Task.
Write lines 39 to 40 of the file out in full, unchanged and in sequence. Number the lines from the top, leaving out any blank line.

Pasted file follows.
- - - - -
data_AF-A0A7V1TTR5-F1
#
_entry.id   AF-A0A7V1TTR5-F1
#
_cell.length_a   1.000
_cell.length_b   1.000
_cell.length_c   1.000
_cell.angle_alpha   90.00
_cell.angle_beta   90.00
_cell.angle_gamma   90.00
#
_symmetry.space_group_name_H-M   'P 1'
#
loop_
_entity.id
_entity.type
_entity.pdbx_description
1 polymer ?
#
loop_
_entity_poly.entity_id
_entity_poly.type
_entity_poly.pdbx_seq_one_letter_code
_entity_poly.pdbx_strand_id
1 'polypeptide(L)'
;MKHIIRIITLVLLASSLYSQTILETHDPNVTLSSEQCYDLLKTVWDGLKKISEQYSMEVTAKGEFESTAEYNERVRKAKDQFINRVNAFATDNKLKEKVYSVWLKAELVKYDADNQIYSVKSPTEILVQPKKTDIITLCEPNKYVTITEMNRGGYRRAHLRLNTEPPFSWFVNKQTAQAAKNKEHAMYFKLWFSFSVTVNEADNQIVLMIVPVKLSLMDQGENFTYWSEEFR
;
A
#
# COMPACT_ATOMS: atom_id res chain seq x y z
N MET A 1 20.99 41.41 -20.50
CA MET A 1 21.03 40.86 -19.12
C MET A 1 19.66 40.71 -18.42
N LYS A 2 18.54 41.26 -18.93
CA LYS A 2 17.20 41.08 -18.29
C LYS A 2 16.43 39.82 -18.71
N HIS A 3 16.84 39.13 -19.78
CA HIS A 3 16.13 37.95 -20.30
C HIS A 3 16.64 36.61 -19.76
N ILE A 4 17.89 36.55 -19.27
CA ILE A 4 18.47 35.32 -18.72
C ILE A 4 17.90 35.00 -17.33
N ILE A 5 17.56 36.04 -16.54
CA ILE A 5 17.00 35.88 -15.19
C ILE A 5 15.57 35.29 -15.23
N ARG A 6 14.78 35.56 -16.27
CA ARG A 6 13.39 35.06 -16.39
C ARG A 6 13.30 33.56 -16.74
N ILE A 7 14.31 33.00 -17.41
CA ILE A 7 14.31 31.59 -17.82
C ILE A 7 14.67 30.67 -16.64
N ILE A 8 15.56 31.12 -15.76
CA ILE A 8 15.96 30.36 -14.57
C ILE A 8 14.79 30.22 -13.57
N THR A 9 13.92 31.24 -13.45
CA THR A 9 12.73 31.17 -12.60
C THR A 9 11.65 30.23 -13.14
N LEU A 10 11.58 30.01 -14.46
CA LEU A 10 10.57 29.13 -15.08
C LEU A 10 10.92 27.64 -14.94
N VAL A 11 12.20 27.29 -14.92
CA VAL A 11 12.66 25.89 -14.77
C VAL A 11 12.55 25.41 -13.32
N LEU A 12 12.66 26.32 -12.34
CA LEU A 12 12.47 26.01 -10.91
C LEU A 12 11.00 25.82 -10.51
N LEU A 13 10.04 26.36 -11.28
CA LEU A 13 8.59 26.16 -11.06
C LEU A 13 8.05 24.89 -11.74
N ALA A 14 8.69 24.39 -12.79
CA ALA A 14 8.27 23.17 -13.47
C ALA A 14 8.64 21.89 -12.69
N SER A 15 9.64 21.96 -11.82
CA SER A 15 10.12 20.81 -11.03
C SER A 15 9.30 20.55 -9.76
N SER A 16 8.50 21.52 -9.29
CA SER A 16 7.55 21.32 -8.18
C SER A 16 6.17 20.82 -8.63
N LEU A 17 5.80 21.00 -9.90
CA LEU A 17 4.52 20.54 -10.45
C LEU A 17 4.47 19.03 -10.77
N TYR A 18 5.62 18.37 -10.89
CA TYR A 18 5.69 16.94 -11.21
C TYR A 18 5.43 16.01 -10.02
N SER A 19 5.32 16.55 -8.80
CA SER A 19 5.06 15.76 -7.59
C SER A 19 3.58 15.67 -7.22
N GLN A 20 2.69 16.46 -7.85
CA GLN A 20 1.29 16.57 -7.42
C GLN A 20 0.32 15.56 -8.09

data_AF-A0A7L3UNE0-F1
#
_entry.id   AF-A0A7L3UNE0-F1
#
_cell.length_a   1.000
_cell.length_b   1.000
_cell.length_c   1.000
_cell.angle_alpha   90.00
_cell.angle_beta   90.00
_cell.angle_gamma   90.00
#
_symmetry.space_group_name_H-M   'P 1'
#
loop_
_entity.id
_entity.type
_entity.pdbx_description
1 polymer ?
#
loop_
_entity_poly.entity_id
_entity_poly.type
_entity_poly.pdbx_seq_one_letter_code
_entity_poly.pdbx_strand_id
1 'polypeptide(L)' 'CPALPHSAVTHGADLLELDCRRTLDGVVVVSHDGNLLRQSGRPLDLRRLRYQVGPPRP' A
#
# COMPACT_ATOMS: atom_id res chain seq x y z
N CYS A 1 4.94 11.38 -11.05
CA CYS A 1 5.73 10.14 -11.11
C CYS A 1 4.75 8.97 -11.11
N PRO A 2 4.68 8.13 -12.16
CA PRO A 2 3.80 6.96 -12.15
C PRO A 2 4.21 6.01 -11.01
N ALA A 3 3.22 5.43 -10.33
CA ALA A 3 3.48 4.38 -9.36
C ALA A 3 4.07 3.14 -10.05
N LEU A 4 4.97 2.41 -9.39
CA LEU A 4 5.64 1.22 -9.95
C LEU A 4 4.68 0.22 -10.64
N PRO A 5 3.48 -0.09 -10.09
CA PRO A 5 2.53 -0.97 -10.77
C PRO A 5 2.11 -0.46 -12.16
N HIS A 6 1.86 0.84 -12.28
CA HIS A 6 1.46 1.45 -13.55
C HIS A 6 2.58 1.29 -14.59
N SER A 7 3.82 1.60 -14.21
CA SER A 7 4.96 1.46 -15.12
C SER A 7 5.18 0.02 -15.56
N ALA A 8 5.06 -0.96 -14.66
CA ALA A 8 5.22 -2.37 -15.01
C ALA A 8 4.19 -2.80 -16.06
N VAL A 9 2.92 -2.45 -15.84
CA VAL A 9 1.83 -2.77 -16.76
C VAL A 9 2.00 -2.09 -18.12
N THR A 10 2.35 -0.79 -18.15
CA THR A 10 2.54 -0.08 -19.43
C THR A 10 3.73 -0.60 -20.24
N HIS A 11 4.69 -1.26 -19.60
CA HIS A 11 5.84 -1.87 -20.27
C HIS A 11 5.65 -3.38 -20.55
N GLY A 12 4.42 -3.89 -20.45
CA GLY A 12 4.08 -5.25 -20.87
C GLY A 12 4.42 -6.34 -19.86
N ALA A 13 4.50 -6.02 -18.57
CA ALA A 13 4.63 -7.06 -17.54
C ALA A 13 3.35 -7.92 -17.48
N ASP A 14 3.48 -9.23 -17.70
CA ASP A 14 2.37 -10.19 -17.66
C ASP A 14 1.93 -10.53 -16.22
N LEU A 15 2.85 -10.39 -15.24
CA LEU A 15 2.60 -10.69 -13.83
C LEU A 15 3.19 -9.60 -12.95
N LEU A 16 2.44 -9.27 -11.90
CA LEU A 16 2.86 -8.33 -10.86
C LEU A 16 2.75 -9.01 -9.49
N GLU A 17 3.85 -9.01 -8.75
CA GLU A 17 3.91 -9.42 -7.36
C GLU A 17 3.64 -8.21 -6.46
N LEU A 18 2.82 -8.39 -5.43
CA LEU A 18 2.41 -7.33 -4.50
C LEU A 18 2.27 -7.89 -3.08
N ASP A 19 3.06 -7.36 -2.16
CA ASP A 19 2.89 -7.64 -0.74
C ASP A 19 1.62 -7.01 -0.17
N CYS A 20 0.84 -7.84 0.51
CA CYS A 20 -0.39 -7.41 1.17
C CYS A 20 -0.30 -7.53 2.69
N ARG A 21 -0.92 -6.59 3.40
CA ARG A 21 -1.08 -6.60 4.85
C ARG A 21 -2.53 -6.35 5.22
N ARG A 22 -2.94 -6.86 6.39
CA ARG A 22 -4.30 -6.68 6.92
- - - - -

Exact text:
C HIS A 3 16.64 36.61 -19.76
N ILE A 4 17.89 36.55 -19.27